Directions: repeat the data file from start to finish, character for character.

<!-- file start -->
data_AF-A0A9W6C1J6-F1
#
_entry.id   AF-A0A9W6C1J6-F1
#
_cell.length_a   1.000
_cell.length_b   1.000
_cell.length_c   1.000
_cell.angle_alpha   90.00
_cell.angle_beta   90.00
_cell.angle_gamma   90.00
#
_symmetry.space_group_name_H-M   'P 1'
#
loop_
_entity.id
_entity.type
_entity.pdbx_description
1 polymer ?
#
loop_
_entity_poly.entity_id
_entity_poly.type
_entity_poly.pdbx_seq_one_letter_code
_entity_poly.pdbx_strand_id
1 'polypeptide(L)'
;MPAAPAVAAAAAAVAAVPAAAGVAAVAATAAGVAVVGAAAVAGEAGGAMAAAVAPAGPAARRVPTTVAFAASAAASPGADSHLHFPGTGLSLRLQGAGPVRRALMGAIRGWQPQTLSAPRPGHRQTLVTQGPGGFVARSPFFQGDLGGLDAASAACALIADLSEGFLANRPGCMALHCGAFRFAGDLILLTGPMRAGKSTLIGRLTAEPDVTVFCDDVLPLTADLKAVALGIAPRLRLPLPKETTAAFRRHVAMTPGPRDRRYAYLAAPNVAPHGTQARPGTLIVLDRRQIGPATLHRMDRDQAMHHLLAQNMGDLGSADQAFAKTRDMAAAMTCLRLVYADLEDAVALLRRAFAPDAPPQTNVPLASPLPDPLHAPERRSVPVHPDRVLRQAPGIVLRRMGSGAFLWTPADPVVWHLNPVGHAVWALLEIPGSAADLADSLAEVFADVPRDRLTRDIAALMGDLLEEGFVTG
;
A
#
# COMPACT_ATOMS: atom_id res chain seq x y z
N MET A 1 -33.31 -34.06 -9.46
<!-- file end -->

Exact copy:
data_AF-A0A9W6C1J6-F1
#
_entry.id   AF-A0A9W6C1J6-F1
#
_cell.length_a   1.000
_cell.length_b   1.000
_cell.length_c   1.000
_cell.angle_alpha   90.00
_cell.angle_beta   90.00
_cell.angle_gamma   90.00
#
_symmetry.space_group_name_H-M   'P 1'
#
loop_
_entity.id
_entity.type
_entity.pdbx_description
1 polymer ?
#
loop_
_entity_poly.entity_id
_entity_poly.type
_entity_poly.pdbx_seq_one_letter_code
_entity_poly.pdbx_strand_id
1 'polypeptide(L)'
;MPAAPAVAAAAAAVAAVPAAAGVAAVAATAAGVAVVGAAAVAGEAGGAMAAAVAPAGPAARRVPTTVAFAASAAASPGADSHLHFPGTGLSLRLQGAGPVRRALMGAIRGWQPQTLSAPRPGHRQTLVTQGPGGFVARSPFFQGDLGGLDAASAACALIADLSEGFLANRPGCMALHCGAFRFAGDLILLTGPMRAGKSTLIGRLTAEPDVTVFCDDVLPLTADLKAVALGIAPRLRLPLPKETTAAFRRHVAMTPGPRDRRYAYLAAPNVAPHGTQARPGTLIVLDRRQIGPATLHRMDRDQAMHHLLAQNMGDLGSADQAFAKTRDMAAAMTCLRLVYADLEDAVALLRRAFAPDAPPQTNVPLASPLPDPLHAPERRSVPVHPDRVLRQAPGIVLRRMGSGAFLWTPADPVVWHLNPVGHAVWALLEIPGSAADLADSLAEVFADVPRDRLTRDIAALMGDLLEEGFVTG
;
A
#
# COMPACT_ATOMS: atom_id res chain seq x y z
N MET A 1 -33.31 -34.06 -9.46